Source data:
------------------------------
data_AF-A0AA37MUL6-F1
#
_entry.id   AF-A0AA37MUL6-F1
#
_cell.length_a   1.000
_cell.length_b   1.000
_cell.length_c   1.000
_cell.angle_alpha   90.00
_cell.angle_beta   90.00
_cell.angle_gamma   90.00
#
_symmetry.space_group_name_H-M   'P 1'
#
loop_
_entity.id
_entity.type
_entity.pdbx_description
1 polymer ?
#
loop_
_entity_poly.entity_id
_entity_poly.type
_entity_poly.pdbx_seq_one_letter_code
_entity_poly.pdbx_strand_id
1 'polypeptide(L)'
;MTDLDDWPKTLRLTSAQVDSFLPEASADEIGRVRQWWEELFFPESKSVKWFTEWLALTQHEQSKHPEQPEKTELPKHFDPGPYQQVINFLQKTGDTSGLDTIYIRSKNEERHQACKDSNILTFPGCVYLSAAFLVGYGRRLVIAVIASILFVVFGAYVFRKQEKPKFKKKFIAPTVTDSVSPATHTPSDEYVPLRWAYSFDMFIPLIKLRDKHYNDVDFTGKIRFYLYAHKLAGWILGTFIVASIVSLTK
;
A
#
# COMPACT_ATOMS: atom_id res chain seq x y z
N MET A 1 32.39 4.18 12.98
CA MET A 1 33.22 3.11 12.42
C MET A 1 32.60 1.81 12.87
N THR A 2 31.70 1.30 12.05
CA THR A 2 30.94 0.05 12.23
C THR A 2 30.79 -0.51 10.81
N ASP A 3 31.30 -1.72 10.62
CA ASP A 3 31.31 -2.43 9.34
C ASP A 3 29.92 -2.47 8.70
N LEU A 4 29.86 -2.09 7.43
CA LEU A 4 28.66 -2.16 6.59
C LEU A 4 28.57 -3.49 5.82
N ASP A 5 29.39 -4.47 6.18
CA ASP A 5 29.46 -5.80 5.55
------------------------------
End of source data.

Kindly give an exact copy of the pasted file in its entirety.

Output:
data_AF-A0AA37MUL6-F1
#
_entry.id   AF-A0AA37MUL6-F1
#
_cell.length_a   1.000
_cell.length_b   1.000
_cell.length_c   1.000
_cell.angle_alpha   90.00
_cell.angle_beta   90.00
_cell.angle_gamma   90.00
#
_symmetry.space_group_name_H-M   'P 1'
#
loop_
_entity.id
_entity.type
_entity.pdbx_description
1 polymer ?
#
loop_
_entity_poly.entity_id
_entity_poly.type
_entity_poly.pdbx_seq_one_letter_code
_entity_poly.pdbx_strand_id
1 'polypeptide(L)'
;MTDLDDWPKTLRLTSAQVDSFLPEASADEIGRVRQWWEELFFPESKSVKWFTEWLALTQHEQSKHPEQPEKTELPKHFDPGPYQQVINFLQKTGDTSGLDTIYIRSKNEERHQACKDSNILTFPGCVYLSAAFLVGYGRRLVIAVIASILFVVFGAYVFRKQEKPKFKKKFIAPTVTDSVSPATHTPSDEYVPLRWAYSFDMFIPLIKLRDKHYNDVDFTGKIRFYLYAHKLAGWILGTFIVASIVSLTK
;
A
#
# COMPACT_ATOMS: atom_id res chain seq x y z
N MET A 1 32.39 4.18 12.98
CA MET A 1 33.22 3.11 12.42
C MET A 1 32.60 1.81 12.87
N THR A 2 31.70 1.30 12.05
CA THR A 2 30.94 0.05 12.23
C THR A 2 30.79 -0.51 10.81
N ASP A 3 31.30 -1.72 10.62
CA ASP A 3 31.31 -2.43 9.34
C ASP A 3 29.92 -2.47 8.70
N LEU A 4 29.86 -2.09 7.43
CA LEU A 4 28.66 -2.16 6.59
C LEU A 4 28.57 -3.49 5.82
N ASP A 5 29.39 -4.47 6.18
CA ASP A 5 29.46 -5.80 5.55